PORT-AU-PRINCE, Haiti -- A Haitian judge was sworn in Tuesday as interim president to replace ousted President Jean-Bertrand Aristide in a ceremony boycotted by diplomats in the Haitian capital to protest the military takeover.
Most countries have refused to recognize the new government in the wake of last week's coup ousting Haiti's first democratically elected president, Jean-Bertrand Aristide.
Justice Joseph Nerette, the longest-serving member of Haiti's Supreme Court, took the oath of office during a nationally televised ceremony at the National Assembly amid heavy army security.
'It is in a spirit of sacrifice that we are responding to the call of the nation,' an uneasy-looking Nerette said, promising to respect the constitution and calling for national reconciliation.
Coup leader Gen. Raoul Cedras and members of the military's high command participated in the ceremony. No diplomats or international organizations were present.
Earlier, Prime Minister Rene Preval, who has been in hiding since the Sept. 30 coup that toppled Aristide, was declared by the new regime removed from office.
National Assembly President Dejean Belizaire said in a statement that 'the institutional void has been filled and the National Assembly ... has applied the constitution by choosing Judge Joseph Nerette.'
Preval said from hiding Tuesday that Parliament's move was unconstitutional because it came while heavily armed soldiers surrounded the lawmakers.
'The decision of the Parliament is unconstitutional because this decision has been obtained under pressure from the military,' said Preval, who has called for an uprising to displace the coup leaders and allow Aristide to return to power from exile.
After the ceremony Nerette, 67, received a 21-gun salute from the presidential guard and hosted a reception at the National Palace. Diplomats stayed away from the reception and guards prevented reporters from approaching Nerette.
Canadian Ambassador Bernard Dussault said his government would not recognize the provisional government. 'The international community and countries of the hemispere, including Canada, will continue their pressure and sanctions against the coup and for the restauration of deposed President Aristide.'
In Washington, U.S. officials and ministers of the Organization of American States convening on the Haitian situation said they would refuse to recognize the new president.
After a daylong meeting, the OAS called on all member countries to impose a strict trade embargo against Haiti and to freeze Haitian assets abroad until democracy is restored in the Caribbean nation. Humanitarian assistance was exempted from the trade embargo.
A spokesman for the Haitian Embassy in Mexico City said Nerette was not well known and could not provide information about him. 'He is a puppet of the military,' said Moise Dorse, adviser to Haiti's Ambassador to Mexico.
Witnesses said just 30 of the 110 members of the Senate and Chamber of Deputies were present Monday when the presidency was declared vacant.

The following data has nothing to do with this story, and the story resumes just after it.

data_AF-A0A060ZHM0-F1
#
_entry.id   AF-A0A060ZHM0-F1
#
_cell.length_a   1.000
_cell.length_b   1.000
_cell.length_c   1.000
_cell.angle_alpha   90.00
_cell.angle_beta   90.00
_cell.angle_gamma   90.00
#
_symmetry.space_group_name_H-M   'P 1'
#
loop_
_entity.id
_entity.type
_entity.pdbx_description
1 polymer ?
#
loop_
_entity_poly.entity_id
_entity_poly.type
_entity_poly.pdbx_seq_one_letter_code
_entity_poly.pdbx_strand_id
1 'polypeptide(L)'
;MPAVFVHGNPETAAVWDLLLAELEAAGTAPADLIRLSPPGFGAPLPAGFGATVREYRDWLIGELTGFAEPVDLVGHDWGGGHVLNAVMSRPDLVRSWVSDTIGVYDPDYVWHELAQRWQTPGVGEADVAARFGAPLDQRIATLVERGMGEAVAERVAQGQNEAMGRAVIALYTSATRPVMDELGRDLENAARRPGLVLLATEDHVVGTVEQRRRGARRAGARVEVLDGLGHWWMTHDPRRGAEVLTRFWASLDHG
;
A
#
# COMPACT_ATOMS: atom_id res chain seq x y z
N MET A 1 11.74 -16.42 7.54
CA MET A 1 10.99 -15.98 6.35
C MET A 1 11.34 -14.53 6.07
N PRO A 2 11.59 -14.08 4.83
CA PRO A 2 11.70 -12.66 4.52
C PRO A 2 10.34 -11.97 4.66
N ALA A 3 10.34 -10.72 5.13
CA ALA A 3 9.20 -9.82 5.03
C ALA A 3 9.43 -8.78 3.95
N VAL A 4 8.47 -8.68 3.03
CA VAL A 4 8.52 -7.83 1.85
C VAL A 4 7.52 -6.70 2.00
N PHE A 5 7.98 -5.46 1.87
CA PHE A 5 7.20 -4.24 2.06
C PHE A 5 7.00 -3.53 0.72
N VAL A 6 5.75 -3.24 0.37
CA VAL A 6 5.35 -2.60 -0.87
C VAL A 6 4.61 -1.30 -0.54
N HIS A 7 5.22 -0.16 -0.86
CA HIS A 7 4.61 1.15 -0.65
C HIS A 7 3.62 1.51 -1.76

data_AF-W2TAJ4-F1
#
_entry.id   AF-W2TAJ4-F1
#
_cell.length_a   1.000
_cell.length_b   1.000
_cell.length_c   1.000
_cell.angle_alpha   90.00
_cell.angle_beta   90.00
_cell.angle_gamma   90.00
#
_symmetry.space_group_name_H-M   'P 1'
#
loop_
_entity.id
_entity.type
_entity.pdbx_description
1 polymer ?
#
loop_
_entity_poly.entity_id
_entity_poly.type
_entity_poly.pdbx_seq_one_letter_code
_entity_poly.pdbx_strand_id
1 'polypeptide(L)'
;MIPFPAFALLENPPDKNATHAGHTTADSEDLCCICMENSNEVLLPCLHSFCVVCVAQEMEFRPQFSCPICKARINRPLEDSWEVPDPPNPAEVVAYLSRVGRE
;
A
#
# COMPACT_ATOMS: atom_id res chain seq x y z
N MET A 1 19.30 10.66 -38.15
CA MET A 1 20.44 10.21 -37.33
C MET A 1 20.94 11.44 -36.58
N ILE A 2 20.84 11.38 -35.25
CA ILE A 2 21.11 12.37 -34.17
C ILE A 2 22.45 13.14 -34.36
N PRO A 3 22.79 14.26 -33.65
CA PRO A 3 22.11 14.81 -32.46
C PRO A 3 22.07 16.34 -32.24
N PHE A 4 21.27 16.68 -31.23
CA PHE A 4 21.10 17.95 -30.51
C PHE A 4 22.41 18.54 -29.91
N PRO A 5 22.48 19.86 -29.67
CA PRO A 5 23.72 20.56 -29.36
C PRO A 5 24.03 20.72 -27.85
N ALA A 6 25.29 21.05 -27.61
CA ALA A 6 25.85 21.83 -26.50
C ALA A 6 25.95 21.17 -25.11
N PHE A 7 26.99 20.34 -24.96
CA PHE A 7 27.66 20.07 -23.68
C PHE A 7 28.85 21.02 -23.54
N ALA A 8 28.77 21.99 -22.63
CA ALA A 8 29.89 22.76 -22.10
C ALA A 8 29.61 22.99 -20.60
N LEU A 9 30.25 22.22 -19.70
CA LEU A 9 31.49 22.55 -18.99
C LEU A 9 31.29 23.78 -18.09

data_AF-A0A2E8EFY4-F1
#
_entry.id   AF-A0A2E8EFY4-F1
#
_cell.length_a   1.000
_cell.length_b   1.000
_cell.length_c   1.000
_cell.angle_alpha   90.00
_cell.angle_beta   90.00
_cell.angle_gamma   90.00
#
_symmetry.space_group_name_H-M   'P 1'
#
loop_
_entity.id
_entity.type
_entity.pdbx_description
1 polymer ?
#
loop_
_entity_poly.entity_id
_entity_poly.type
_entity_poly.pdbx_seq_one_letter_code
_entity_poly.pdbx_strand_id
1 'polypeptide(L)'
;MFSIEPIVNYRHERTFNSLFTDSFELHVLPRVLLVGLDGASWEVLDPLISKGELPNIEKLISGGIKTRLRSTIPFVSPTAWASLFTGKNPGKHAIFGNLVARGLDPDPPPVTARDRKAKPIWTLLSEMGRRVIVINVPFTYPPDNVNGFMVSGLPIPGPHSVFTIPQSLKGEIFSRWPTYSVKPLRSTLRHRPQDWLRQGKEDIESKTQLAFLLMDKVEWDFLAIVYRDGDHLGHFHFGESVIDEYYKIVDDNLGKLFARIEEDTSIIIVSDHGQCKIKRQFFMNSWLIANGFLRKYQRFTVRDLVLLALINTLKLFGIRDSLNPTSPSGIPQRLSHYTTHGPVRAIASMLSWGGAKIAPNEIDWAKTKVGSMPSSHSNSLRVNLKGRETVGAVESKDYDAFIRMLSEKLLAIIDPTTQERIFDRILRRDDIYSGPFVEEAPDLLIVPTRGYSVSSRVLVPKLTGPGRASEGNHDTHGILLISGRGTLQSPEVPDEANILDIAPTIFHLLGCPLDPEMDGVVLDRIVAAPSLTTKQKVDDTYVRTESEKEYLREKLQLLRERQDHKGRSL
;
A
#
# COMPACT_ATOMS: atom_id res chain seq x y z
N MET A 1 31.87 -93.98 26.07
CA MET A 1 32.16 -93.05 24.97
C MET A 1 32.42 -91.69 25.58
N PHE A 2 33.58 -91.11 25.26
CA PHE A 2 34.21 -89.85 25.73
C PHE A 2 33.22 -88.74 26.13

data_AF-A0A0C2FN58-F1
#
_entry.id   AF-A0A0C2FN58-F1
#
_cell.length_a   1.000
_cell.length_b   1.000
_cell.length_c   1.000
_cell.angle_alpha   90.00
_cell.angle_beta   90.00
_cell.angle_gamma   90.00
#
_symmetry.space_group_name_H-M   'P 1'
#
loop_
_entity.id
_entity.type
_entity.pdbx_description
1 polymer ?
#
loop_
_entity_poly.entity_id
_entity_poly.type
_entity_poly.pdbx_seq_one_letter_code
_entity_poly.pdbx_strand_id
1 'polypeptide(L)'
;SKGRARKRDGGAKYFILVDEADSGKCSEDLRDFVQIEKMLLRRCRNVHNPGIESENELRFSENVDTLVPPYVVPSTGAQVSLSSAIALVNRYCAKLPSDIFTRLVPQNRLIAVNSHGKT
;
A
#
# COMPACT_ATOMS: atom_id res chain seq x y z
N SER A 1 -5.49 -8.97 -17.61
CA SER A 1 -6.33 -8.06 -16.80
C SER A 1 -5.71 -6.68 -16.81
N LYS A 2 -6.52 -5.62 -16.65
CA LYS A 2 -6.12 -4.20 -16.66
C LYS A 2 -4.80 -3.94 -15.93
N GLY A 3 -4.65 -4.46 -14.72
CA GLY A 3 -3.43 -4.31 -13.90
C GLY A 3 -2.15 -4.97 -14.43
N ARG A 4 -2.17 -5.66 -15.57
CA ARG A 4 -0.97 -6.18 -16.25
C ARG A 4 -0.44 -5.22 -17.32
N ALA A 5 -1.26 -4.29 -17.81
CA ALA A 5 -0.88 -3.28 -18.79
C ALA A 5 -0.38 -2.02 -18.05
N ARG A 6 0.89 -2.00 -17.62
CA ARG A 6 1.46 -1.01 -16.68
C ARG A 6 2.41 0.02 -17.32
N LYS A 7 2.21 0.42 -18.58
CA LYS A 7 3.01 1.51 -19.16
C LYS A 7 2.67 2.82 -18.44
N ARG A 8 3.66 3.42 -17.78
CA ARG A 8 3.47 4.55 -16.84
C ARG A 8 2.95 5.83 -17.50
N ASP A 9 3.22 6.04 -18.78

Many lawmakers were at the capital's international airport, where a delegation from the OAS was meeting with Gen. Cedras in an unsuccessful attempt to secure Aristide's return.
The Parliament building was surrounded by troops with their guns pointed toward the building and witnesses said soldiers entered the chamber where the lawmakers were meeting before the declaration was signed.
The streets of Port-au-Prince were generally deserted Tuesday, but some Haitians were not impressed by their new interim president. 'This is a masquerade,' said student Gary Savin, 22. 'We still want our president back, and we know that we will have him, because the soldiers cannot kill all of us.'
'I still see Aristide as my choice, so I will do all I can to mobilize the country against the puppet military president,' said mechanic Joseph Badio, 32.
'The crisis is not solved,' said a spokesman for the Association of Haitian Investors, who asked to remain anonymous. 'Instability will continue and the private sector will have big problems getting contracts from the United States and elsewhere.'
While Cedras met for a second time with the OAS delegation Monday, dozens of troops showed up at the airport, disrupted the meeting and prevented Haitian political leaders from flying to Venezuela to meet with Aristide, witnesses said. The mayor of Port-au-Prince, a close ally of Aristide, was arrested at the airport and was beaten, witnesses said.
Some of the soldiers pointed their weapons at Cedras and threatened him with death if he betrayed them, said witnesses. But military- controlled National Radio broadcast a statement denying that Cedras had been placed under arrest.
According to the constitution, after the naming of an interim president new presidential elections must be held within 90 days. But Parliament has made no mention of elections.